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salt and wood

Re use it or lose it

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An LP record stand to show off the cover art, protect it from the daily hazards and always know where you left it! This single hardwood plank (species unknown) was surprisingly dense and though looked to have been in the sea for a year was still fairly sound over all. For some reason one face had eroded in a more furrowed way than the other. I kept the smoother bleached out side exactly as found (became rear face of stand) and worked the furrowed face.

 The process

-Trim the ends

-Scrub down with a brush

-Paint base coat to the furrowed side

-Sky blue spray paint coat to furrowed side

-Sand back newly painted face leaving the paint to seal the cracks and some timber grain is revealed

-Section plank into three equal lengths, two for the face and one to be dissected origami style to generate legs, rear shelf and lift grip (refer sketch diagram)

-I crafted a joining biscuit from a bit of scrap 3 ply and routed a groove to fix the two face sections and then screwed the leg supports to flatten and secure the face.

-Drill and place brass rod supports (found a length of this in the street).

-Add SALTANDWOOD stamp and varnish select surfaces to generate contrast to preserve as found faces.




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Its been a while between boats but managed to throw this clunker together over the Easter weekend at a cracking Autumn day down at Yarra Bay. Followed by a swim. No great new triumphs of technology to reference here. But she sailed well and zigzagged out beyond sight quite quickly. Zigzagging as the rudder setting and sail alignment competed for dominance. Named by my son for the number of snags I hit in trying to put it together.

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1. Rectangular Knight.

2. Rectangular Knight.

3. Shell rudder and fore and aft foam hull.

4. Launch.

5. Heading into Botany Bay.

6. Bon Voyage.

This boat was put together in about 10 minutes. Evidenced by the fact that it has a sail made from a stick pushed through a piece of newspaper. Apart from being a good name for a jazz album the Rectangular Knight is notable for the yellow red colour combination and the odd yet surprisingly successful ’90 deg. out of kilter’ catamaran hull, the fragment of shell as rudder and of coarse the little plastic space man knight found in the sand. I am not sure how long a news paper sail would last but this little vessel quickly disappeared from sight out into Botany Bay.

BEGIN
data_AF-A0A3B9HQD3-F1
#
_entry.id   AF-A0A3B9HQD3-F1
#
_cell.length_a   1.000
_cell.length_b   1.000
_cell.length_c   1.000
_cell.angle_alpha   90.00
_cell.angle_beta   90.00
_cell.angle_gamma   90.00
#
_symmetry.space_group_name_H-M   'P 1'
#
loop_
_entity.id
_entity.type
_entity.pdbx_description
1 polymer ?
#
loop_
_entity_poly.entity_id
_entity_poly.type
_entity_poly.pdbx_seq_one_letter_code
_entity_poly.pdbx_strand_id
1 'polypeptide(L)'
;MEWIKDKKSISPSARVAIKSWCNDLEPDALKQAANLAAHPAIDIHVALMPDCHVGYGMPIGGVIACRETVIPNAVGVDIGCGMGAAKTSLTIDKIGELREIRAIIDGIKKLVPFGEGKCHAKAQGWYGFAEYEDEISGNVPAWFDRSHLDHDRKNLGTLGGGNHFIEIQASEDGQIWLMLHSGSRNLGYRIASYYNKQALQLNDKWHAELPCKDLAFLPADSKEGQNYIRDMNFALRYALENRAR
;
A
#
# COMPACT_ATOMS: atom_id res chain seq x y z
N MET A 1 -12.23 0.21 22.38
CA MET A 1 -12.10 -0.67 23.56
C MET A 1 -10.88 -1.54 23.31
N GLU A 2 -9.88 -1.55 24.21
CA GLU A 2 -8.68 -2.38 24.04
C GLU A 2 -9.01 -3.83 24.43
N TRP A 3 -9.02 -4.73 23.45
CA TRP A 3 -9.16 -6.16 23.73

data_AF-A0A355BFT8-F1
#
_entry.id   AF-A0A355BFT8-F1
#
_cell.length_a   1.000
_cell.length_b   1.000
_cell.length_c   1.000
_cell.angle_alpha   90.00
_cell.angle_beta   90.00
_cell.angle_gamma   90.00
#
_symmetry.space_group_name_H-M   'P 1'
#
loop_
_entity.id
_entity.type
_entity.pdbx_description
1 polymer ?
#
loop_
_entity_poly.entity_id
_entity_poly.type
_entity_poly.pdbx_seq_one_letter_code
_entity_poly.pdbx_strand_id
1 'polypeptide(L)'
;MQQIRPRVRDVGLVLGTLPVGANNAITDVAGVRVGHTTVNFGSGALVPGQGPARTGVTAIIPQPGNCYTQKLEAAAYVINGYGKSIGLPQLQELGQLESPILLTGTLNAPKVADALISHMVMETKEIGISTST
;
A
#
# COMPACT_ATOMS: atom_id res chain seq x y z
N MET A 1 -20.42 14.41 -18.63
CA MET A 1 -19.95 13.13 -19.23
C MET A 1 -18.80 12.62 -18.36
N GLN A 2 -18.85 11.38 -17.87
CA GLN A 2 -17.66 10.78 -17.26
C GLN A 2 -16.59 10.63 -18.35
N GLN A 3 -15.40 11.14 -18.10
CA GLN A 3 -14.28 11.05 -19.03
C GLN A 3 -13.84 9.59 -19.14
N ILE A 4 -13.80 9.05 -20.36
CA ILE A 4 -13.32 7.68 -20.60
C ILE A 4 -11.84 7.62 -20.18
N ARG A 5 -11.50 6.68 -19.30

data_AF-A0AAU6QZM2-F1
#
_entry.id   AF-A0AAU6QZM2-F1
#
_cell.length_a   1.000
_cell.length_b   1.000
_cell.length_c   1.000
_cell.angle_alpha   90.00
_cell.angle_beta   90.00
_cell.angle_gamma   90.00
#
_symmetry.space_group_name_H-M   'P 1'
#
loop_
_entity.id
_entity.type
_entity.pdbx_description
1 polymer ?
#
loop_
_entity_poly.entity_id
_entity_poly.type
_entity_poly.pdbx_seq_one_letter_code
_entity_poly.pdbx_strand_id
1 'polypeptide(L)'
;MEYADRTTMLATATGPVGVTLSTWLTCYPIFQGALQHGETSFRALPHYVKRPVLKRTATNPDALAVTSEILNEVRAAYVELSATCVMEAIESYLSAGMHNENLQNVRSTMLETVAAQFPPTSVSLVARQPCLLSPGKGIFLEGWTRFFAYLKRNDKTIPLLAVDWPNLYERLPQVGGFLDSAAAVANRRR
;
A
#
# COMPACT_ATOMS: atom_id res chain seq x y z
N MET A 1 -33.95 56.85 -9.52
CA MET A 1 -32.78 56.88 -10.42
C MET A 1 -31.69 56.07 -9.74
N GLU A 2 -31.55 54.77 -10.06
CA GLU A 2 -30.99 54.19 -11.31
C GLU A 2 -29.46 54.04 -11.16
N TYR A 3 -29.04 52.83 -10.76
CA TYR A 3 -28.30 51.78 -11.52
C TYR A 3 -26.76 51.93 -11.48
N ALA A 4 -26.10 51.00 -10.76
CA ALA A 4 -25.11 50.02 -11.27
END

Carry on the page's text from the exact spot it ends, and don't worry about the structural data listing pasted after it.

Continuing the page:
1. Matter of Fact ready to go.

2. Matter of Fact jpg

3. The launch jpg

4. Bon voyage jpg

Named in part due to the hasty construction (probably 30-40 minutes including scrounging time) and also the addition of the VB beer label (“Matter O fact I got it now ” was the add slogan referring to the thirst for a VB). Though they say we do some of our best work or at least make ground breaking discoveries when we are under pressure. My son and I ran out of time at the beach this day and the Matter of Fact was thrown together very quickly. Not being able to find a suitable single mast the system was rigged up whereby a double hinged mast including a forked stick was pulled together with found twine. Though not the prettiest boat on the water, this little skimmer took of like a stabbed rat when we dropped her on the water, look at the wake in picture 3. You can just make her out in the top right corner of the water in picture 4.


1. Storm Rider front view.

2. Rear view showing foam hull, double tension stick mast, wooden rudder, twine from unwound yellow rope and PET floats.

3. PET floats are partly filled with water to effect stability.

4. Launch.

5. Bon Voyage.





This storm was rolling up the coast over Botany Bay as the Storm Rider was being composed and then launched out towards the heads across the Bay. She employed an experimental PET bottle triple hull holding some water for stability and sported a flash red PVC sail from some long abandoned floaty toy wedged in the rocks, a carved timber blade rudder and a wedge of surfboard foam as the main hull. Note the tanker in the background in pictures 5-9 and the lack of reflection on the water from the light conditions. Not to mention the cloud formations over the Kurnell Peninsula.

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